In this state of shared insanity, we wonder how we can instrumentalize our own condition, or maybe learn from it. Not for the sake of optimizing our yield but because, as humans, we are behavioral strategists and learning is, at its core, a biological process. Therefore, this group exhibition looks into art practices from diverse geographies that understand insanity as a form of knowledge and that use risk-taking as a method to learn, when there is something at stake – practices that through careful bruising attempt to heal. But we must not forget that madness does not tell the truth about art, or vice versa. We still need to acknowledge the links between both, because as gays, butches, feminists, junkies, migrants, the undocumented, sex workers, crips, HIV positives, transsexuals, transgenders … our relation to art today can only be paranoid.

    Do Nothing. Feel Everything: I want to have enough luck, photo: Lesley Braun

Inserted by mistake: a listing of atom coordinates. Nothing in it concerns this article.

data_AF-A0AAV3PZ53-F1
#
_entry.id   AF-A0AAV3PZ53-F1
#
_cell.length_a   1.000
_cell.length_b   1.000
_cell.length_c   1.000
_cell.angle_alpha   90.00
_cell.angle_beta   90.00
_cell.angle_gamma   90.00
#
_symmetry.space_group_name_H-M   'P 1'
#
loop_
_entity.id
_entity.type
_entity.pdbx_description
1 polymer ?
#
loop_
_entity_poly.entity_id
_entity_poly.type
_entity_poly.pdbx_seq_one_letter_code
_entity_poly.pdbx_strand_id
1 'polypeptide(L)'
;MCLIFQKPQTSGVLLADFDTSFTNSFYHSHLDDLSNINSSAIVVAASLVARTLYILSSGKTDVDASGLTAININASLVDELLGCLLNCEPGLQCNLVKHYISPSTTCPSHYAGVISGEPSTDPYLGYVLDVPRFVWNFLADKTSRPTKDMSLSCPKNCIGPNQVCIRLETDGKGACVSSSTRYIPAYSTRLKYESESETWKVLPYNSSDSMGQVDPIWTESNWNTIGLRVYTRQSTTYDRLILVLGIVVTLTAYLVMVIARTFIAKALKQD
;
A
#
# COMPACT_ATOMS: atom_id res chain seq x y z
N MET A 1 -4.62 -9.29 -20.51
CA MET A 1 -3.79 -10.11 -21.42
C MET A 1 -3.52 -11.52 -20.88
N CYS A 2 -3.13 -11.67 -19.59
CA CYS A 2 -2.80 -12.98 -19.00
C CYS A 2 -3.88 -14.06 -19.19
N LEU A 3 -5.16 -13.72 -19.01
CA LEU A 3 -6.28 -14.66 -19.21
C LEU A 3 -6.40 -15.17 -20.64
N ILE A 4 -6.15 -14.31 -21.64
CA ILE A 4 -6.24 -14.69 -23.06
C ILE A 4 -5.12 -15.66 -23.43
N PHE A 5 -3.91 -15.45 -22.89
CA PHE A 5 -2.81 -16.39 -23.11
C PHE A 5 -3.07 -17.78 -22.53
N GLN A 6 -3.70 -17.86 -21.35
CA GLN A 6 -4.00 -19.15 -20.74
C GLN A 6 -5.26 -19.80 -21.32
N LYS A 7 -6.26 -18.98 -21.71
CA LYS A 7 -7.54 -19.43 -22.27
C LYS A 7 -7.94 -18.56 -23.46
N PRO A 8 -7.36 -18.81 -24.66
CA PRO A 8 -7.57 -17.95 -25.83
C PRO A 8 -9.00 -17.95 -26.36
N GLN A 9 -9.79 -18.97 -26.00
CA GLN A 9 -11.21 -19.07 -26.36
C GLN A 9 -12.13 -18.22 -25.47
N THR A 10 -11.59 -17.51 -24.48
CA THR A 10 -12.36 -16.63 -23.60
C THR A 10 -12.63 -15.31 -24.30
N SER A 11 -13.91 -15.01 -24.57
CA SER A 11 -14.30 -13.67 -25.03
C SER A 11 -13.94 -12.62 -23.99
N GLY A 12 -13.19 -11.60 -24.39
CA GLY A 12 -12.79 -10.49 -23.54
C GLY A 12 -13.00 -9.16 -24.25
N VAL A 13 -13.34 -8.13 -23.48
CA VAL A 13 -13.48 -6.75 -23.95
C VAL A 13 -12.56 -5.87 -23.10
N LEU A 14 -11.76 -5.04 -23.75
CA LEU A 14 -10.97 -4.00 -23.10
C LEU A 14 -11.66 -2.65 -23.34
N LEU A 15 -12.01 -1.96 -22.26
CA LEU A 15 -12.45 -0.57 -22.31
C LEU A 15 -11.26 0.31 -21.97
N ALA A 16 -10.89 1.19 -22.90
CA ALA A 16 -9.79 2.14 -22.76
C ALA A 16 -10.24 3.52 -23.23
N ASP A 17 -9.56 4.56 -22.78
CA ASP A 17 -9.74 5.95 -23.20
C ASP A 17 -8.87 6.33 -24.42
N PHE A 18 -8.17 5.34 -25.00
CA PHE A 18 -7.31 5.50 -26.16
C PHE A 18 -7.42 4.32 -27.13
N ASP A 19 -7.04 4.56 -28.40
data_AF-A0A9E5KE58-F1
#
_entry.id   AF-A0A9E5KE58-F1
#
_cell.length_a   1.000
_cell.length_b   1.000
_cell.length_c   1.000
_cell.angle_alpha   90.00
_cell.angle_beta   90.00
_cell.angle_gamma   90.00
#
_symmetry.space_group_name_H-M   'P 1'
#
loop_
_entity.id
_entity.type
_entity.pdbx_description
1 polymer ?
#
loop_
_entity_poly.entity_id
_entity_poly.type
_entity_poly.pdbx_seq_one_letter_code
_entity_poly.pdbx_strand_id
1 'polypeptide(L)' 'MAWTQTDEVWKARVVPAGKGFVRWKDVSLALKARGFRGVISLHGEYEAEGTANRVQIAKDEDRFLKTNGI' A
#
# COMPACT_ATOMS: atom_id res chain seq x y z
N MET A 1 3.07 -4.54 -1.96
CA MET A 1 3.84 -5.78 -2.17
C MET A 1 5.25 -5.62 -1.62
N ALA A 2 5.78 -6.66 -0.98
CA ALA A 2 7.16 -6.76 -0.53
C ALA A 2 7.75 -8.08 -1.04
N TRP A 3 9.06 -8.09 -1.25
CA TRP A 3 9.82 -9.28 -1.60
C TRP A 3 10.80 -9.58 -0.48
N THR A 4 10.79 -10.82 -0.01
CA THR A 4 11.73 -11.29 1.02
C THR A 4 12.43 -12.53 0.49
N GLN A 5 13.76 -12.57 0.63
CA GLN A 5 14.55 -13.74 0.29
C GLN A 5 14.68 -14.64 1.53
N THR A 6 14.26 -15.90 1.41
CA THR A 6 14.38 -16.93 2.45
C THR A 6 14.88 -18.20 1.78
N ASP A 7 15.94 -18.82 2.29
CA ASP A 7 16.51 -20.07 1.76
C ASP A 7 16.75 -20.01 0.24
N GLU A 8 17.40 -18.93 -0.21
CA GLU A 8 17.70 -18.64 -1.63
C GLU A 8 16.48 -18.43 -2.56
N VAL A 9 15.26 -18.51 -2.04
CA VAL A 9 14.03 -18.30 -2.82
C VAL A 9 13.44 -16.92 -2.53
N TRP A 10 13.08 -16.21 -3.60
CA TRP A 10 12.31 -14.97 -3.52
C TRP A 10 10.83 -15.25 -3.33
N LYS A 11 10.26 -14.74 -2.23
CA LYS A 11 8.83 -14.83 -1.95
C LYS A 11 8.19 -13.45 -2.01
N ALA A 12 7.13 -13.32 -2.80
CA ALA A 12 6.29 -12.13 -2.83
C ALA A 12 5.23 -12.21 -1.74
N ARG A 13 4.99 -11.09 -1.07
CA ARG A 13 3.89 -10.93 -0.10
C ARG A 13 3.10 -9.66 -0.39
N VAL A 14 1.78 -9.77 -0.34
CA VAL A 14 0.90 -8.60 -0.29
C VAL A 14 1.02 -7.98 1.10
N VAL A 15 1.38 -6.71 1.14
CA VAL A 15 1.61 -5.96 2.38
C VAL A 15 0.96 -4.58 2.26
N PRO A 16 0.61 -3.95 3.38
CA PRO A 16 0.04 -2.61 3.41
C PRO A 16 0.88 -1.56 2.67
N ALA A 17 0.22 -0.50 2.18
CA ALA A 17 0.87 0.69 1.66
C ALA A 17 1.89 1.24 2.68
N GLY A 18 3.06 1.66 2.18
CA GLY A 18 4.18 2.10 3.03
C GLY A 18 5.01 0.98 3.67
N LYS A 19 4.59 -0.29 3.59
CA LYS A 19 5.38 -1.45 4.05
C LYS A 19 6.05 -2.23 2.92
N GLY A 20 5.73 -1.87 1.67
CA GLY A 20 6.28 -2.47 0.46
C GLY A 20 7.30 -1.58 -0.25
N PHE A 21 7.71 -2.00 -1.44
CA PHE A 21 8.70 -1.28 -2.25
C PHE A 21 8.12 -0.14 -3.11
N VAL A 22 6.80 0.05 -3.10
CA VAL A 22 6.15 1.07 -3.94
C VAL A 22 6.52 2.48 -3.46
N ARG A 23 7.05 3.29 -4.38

Nairy Baghramian: Breath Holding Spell


    Vereinigung bildender KünstlerInnen Wiener Secession

    Friedrichstraße 12, 1010 Wien

    In art that typically takes the human body as its point of departure, Nairy Baghramian grapples with the fundamental questions of plastic art, although her sculptures and installations propose a pointed antithesis to the traditional conception of the genre. Her formal idiom, choice of materials, and approach have as much in common with post-minimalism as with conceptual art; the artist harnesses the potential of abstraction to address complex sets of questions and frame a suitable response in terms of aesthetic form, forging what Baghramian herself has described as “ambivalent abstraction.” Her works interrogate political and social power structures, weaving together themes in art history and literature as well as references to fashion, architecture, and interior design.